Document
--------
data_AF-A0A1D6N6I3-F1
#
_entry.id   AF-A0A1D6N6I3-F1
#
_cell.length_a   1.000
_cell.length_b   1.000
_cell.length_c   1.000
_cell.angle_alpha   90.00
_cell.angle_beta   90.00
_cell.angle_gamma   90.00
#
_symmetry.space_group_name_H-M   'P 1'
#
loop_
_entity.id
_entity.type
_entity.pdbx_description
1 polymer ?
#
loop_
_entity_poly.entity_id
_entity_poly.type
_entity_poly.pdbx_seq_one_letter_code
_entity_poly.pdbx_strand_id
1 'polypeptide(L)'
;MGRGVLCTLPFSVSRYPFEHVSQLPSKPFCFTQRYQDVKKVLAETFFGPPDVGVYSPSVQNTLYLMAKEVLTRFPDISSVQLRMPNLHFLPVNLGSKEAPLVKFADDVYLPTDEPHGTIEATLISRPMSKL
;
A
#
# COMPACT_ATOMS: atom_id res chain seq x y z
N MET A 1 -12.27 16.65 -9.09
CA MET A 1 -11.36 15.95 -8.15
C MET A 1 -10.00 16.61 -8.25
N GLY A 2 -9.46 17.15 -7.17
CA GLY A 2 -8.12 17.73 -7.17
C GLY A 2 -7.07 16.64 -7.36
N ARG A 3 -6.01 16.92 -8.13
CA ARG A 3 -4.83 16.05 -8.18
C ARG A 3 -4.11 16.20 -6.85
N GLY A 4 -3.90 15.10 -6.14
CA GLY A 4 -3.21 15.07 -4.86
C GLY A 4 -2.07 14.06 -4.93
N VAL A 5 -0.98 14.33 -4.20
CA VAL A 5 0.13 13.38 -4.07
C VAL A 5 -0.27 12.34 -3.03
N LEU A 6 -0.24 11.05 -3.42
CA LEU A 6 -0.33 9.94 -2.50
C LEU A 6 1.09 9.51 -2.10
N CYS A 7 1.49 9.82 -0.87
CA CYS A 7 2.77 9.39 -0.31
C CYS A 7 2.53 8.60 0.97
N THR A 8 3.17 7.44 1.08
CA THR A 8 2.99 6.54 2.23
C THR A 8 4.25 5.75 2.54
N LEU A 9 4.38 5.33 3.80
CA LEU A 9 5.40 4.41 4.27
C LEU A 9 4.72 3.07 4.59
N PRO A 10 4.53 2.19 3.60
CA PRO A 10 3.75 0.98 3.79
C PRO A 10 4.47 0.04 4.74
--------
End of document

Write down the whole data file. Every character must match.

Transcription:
data_AF-A0A1D6N6I3-F1
#
_entry.id   AF-A0A1D6N6I3-F1
#
_cell.length_a   1.000
_cell.length_b   1.000
_cell.length_c   1.000
_cell.angle_alpha   90.00
_cell.angle_beta   90.00
_cell.angle_gamma   90.00
#
_symmetry.space_group_name_H-M   'P 1'
#
loop_
_entity.id
_entity.type
_entity.pdbx_description
1 polymer ?
#
loop_
_entity_poly.entity_id
_entity_poly.type
_entity_poly.pdbx_seq_one_letter_code
_entity_poly.pdbx_strand_id
1 'polypeptide(L)'
;MGRGVLCTLPFSVSRYPFEHVSQLPSKPFCFTQRYQDVKKVLAETFFGPPDVGVYSPSVQNTLYLMAKEVLTRFPDISSVQLRMPNLHFLPVNLGSKEAPLVKFADDVYLPTDEPHGTIEATLISRPMSKL
;
A
#
# COMPACT_ATOMS: atom_id res chain seq x y z
N MET A 1 -12.27 16.65 -9.09
CA MET A 1 -11.36 15.95 -8.15
C MET A 1 -10.00 16.61 -8.25
N GLY A 2 -9.46 17.15 -7.17
CA GLY A 2 -8.12 17.73 -7.17
C GLY A 2 -7.07 16.64 -7.36
N ARG A 3 -6.01 16.92 -8.13
CA ARG A 3 -4.83 16.05 -8.18
C ARG A 3 -4.11 16.20 -6.85
N GLY A 4 -3.90 15.10 -6.14
CA GLY A 4 -3.21 15.07 -4.86
C GLY A 4 -2.07 14.06 -4.93
N VAL A 5 -0.98 14.33 -4.20
CA VAL A 5 0.13 13.38 -4.07
C VAL A 5 -0.27 12.34 -3.03
N LEU A 6 -0.24 11.05 -3.42
CA LEU A 6 -0.33 9.94 -2.50
C LEU A 6 1.09 9.51 -2.10
N CYS A 7 1.49 9.82 -0.87
CA CYS A 7 2.77 9.39 -0.31
C CYS A 7 2.53 8.60 0.97
N THR A 8 3.17 7.44 1.08
CA THR A 8 2.99 6.54 2.23
C THR A 8 4.25 5.75 2.54
N LEU A 9 4.38 5.33 3.80
CA LEU A 9 5.40 4.41 4.27
C LEU A 9 4.72 3.07 4.59
N PRO A 10 4.53 2.19 3.60
CA PRO A 10 3.75 0.98 3.79
C PRO A 10 4.47 0.04 4.74